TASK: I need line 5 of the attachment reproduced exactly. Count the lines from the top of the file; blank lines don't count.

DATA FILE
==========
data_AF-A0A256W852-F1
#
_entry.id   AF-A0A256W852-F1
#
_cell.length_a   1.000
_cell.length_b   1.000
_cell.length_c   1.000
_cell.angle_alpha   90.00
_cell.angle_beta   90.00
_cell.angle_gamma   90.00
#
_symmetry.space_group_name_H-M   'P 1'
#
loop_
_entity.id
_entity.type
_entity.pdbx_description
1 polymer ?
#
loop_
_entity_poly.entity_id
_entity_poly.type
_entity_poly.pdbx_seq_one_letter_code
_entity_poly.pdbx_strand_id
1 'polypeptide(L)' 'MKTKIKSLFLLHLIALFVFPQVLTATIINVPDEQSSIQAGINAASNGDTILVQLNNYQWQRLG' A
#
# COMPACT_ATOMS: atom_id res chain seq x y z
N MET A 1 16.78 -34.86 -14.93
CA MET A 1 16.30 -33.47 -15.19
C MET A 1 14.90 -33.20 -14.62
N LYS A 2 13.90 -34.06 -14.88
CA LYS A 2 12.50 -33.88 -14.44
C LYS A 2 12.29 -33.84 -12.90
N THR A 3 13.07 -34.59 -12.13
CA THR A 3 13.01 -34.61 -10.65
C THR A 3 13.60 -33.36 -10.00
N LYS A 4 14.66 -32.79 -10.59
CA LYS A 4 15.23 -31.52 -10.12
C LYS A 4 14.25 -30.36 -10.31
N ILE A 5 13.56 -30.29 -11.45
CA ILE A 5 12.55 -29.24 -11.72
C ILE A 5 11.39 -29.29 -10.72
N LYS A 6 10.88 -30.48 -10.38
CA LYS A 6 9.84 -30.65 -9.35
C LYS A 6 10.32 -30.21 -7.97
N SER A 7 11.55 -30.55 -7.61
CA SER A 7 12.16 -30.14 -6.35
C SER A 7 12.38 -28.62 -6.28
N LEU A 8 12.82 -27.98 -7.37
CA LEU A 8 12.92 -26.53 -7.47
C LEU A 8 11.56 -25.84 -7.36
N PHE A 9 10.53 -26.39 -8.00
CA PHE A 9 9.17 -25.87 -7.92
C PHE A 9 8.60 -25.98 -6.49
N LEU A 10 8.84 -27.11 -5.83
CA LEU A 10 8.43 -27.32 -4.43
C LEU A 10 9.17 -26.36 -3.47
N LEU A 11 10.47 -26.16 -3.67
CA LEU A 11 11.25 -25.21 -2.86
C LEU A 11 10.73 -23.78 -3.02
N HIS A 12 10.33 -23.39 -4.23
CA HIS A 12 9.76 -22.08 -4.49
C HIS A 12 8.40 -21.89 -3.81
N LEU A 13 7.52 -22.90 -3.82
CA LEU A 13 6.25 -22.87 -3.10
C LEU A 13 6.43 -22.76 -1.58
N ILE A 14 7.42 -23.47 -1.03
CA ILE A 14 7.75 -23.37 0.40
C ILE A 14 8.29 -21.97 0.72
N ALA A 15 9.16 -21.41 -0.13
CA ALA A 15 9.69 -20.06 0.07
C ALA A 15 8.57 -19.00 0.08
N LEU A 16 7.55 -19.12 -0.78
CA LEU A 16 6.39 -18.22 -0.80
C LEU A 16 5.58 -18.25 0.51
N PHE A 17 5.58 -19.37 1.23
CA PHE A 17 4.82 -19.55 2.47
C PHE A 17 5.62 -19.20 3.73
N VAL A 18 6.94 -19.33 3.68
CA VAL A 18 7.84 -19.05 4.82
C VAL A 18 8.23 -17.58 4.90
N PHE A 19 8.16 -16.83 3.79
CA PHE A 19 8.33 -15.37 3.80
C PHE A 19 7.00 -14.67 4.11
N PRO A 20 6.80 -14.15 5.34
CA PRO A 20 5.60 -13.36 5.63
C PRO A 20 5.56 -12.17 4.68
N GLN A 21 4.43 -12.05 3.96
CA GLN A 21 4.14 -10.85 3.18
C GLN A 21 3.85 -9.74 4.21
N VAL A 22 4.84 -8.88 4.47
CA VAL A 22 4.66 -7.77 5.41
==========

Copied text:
_cell.length_a   1.000